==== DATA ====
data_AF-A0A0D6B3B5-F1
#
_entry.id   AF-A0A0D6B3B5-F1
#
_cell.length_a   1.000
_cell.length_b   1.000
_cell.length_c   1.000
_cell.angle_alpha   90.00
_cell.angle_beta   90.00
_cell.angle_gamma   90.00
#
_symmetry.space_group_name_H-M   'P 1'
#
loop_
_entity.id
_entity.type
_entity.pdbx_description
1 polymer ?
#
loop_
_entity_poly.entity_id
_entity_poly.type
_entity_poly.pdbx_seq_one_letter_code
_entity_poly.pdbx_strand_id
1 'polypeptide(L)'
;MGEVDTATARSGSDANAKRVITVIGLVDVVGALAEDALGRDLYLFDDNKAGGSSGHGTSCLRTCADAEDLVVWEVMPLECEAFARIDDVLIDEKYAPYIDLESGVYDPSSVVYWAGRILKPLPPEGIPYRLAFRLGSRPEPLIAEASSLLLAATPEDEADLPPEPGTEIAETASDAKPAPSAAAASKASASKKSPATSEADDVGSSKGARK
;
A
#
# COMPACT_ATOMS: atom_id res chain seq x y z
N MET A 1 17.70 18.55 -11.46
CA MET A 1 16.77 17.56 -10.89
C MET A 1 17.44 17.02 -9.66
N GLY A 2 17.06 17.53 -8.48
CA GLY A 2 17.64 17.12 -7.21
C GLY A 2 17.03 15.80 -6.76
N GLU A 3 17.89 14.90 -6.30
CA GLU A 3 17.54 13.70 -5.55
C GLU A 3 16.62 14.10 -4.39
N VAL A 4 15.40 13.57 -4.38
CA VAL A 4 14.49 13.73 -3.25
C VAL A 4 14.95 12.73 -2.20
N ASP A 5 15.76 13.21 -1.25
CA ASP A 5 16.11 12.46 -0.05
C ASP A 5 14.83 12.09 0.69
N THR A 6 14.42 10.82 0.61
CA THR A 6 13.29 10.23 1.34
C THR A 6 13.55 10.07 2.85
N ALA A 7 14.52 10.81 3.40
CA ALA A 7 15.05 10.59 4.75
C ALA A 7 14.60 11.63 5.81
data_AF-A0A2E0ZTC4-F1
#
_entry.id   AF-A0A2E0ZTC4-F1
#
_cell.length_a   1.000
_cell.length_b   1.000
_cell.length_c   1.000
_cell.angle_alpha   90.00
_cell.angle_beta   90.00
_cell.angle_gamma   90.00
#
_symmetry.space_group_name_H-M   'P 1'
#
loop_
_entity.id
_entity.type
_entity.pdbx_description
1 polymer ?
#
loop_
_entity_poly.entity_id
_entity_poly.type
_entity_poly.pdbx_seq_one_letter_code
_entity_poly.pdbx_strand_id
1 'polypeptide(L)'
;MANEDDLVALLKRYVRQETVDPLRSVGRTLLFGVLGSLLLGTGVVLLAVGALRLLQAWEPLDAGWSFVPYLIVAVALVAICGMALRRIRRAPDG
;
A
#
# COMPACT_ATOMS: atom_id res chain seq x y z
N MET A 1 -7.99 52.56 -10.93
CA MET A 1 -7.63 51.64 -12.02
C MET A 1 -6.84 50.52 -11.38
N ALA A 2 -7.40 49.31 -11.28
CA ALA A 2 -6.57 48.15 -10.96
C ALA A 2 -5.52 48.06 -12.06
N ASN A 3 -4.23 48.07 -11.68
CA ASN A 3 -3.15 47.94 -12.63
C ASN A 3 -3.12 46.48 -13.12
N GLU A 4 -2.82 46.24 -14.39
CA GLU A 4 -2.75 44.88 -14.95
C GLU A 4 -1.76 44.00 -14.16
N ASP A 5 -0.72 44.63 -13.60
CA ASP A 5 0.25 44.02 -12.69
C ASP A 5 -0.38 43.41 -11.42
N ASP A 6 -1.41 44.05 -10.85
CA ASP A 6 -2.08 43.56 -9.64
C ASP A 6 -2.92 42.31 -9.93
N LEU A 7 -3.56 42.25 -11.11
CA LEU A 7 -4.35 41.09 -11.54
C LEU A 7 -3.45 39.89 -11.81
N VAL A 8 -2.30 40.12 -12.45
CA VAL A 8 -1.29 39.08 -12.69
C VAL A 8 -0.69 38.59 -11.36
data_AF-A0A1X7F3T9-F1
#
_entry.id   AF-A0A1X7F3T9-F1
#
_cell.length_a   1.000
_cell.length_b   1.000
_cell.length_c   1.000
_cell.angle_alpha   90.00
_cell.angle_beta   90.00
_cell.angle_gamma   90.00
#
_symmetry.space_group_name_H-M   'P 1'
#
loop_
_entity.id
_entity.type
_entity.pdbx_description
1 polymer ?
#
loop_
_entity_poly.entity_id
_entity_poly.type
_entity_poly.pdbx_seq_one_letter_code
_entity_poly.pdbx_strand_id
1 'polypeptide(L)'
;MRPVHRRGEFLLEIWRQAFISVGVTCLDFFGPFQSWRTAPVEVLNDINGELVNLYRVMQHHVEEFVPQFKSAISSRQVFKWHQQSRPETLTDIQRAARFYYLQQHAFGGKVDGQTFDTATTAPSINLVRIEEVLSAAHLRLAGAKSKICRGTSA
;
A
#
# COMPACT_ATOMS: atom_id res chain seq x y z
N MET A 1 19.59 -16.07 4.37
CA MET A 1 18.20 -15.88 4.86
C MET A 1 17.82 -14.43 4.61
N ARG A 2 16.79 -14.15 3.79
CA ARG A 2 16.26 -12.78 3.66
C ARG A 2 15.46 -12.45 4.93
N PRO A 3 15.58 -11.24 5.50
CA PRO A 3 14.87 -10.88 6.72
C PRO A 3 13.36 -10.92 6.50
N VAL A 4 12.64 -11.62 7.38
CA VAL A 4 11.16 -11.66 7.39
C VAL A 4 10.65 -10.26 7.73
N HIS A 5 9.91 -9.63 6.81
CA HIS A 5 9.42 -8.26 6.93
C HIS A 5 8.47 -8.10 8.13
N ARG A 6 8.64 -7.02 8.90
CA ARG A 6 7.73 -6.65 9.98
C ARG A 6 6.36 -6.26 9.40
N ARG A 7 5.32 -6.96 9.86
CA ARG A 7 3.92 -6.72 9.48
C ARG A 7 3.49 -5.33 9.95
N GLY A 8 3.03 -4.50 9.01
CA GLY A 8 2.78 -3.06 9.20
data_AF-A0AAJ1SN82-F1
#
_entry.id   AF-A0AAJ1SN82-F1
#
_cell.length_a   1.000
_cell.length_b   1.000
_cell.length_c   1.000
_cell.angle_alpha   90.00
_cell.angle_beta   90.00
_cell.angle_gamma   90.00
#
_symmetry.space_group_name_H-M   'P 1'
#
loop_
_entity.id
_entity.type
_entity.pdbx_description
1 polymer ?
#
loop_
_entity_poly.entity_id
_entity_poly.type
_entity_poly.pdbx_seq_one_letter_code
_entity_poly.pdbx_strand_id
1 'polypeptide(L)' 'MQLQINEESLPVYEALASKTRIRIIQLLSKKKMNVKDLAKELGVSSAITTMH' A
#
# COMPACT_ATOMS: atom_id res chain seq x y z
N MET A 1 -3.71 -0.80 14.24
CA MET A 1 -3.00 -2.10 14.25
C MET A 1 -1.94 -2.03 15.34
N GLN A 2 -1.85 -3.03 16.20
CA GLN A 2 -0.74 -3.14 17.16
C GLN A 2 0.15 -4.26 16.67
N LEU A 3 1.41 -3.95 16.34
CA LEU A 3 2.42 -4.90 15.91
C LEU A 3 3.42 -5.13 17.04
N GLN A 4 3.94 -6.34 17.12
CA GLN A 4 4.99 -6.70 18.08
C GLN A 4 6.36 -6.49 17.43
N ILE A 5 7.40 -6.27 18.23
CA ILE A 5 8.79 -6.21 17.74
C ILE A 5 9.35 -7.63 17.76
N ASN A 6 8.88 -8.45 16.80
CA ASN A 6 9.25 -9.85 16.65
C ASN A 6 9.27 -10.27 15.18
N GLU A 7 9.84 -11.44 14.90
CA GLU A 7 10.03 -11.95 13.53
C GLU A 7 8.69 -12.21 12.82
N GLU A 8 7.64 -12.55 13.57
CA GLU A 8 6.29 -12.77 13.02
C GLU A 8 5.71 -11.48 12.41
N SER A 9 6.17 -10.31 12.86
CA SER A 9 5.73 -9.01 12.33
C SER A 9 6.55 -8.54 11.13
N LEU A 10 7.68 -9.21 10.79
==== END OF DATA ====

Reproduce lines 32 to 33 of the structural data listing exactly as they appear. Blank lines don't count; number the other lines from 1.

CA MET A 1 16.77 17.56 -10.89
C MET A 1 17.44 17.02 -9.66